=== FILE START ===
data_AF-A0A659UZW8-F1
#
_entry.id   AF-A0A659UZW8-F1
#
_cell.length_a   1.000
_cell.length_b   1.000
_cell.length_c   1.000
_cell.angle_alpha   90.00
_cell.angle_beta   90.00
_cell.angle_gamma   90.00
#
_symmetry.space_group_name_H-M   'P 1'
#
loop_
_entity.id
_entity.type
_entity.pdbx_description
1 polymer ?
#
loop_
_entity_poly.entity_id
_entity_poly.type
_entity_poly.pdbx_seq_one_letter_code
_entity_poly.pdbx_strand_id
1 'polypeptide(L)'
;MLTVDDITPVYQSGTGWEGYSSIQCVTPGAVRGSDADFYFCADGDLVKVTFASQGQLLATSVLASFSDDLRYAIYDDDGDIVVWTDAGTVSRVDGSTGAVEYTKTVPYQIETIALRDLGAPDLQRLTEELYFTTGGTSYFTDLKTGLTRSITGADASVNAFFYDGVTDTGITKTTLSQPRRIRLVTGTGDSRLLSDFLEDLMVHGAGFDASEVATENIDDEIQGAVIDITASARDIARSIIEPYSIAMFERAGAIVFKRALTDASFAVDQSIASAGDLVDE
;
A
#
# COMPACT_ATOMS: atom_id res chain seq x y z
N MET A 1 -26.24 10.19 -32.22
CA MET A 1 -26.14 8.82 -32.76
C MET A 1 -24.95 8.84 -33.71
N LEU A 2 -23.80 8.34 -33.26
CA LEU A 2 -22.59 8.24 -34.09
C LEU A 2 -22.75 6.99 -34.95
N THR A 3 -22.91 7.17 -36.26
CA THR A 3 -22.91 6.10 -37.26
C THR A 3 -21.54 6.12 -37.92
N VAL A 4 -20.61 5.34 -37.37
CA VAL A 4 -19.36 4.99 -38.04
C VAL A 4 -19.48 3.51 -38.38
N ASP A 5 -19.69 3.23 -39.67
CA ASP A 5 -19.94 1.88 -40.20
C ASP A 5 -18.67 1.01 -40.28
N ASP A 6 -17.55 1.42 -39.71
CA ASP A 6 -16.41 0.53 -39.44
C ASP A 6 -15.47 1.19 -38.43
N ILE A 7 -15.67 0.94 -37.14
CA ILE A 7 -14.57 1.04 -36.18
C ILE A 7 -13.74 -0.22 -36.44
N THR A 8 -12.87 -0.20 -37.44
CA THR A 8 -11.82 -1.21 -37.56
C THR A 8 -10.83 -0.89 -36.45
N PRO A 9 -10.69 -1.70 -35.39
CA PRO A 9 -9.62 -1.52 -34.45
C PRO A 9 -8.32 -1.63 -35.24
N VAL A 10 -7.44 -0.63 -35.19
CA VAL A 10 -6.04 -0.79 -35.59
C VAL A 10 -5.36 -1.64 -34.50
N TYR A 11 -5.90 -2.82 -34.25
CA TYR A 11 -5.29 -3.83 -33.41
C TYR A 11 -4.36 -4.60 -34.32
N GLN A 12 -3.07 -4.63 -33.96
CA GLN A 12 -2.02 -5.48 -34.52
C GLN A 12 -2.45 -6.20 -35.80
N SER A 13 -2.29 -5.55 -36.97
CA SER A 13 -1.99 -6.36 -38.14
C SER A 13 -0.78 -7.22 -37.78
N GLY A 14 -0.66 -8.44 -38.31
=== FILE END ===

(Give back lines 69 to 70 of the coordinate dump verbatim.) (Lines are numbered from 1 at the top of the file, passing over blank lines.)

C SER A 13 -0.78 -7.22 -37.78
N GLY A 14 -0.66 -8.44 -38.31